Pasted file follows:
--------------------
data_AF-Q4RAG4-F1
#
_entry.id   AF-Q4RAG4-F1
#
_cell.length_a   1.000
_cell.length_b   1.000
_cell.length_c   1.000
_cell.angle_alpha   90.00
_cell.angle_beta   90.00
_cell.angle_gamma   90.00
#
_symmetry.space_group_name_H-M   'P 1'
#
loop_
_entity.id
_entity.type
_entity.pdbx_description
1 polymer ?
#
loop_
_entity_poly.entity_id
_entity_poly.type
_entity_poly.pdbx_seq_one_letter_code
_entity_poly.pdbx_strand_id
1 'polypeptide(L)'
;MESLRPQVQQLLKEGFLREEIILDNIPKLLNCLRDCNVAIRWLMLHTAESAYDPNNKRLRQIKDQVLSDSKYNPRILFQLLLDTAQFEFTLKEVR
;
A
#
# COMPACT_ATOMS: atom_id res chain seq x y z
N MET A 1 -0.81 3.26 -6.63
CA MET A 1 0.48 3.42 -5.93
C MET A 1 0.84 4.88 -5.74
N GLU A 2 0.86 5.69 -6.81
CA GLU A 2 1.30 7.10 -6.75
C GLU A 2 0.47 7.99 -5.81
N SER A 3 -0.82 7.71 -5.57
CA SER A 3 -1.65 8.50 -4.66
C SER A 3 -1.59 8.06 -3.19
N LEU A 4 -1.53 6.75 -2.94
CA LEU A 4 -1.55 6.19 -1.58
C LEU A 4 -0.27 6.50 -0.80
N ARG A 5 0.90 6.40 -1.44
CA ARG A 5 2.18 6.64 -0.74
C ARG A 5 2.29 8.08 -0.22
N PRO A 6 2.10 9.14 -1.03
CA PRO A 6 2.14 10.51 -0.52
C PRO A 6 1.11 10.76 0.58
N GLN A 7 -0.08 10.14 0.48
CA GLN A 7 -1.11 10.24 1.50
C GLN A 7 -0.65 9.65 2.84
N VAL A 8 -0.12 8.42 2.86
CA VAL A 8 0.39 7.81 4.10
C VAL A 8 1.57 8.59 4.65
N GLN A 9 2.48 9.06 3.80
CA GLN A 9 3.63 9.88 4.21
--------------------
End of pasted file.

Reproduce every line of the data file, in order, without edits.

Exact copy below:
data_AF-Q4RAG4-F1
#
_entry.id   AF-Q4RAG4-F1
#
_cell.length_a   1.000
_cell.length_b   1.000
_cell.length_c   1.000
_cell.angle_alpha   90.00
_cell.angle_beta   90.00
_cell.angle_gamma   90.00
#
_symmetry.space_group_name_H-M   'P 1'
#
loop_
_entity.id
_entity.type
_entity.pdbx_description
1 polymer ?
#
loop_
_entity_poly.entity_id
_entity_poly.type
_entity_poly.pdbx_seq_one_letter_code
_entity_poly.pdbx_strand_id
1 'polypeptide(L)'
;MESLRPQVQQLLKEGFLREEIILDNIPKLLNCLRDCNVAIRWLMLHTAESAYDPNNKRLRQIKDQVLSDSKYNPRILFQLLLDTAQFEFTLKEVR
;
A
#
# COMPACT_ATOMS: atom_id res chain seq x y z
N MET A 1 -0.81 3.26 -6.63
CA MET A 1 0.48 3.42 -5.93
C MET A 1 0.84 4.88 -5.74
N GLU A 2 0.86 5.69 -6.81
CA GLU A 2 1.30 7.10 -6.75
C GLU A 2 0.47 7.99 -5.81
N SER A 3 -0.82 7.71 -5.57
CA SER A 3 -1.65 8.50 -4.66
C SER A 3 -1.59 8.06 -3.19
N LEU A 4 -1.53 6.75 -2.94
CA LEU A 4 -1.55 6.19 -1.58
C LEU A 4 -0.27 6.50 -0.80
N ARG A 5 0.90 6.40 -1.44
CA ARG A 5 2.18 6.64 -0.74
C ARG A 5 2.29 8.08 -0.22
N PRO A 6 2.10 9.14 -1.03
CA PRO A 6 2.14 10.51 -0.52
C PRO A 6 1.11 10.76 0.58
N GLN A 7 -0.08 10.14 0.48
CA GLN A 7 -1.11 10.24 1.50
C GLN A 7 -0.65 9.65 2.84
N VAL A 8 -0.12 8.42 2.86
CA VAL A 8 0.39 7.81 4.10
C VAL A 8 1.57 8.59 4.65
N GLN A 9 2.48 9.06 3.80
CA GLN A 9 3.63 9.88 4.21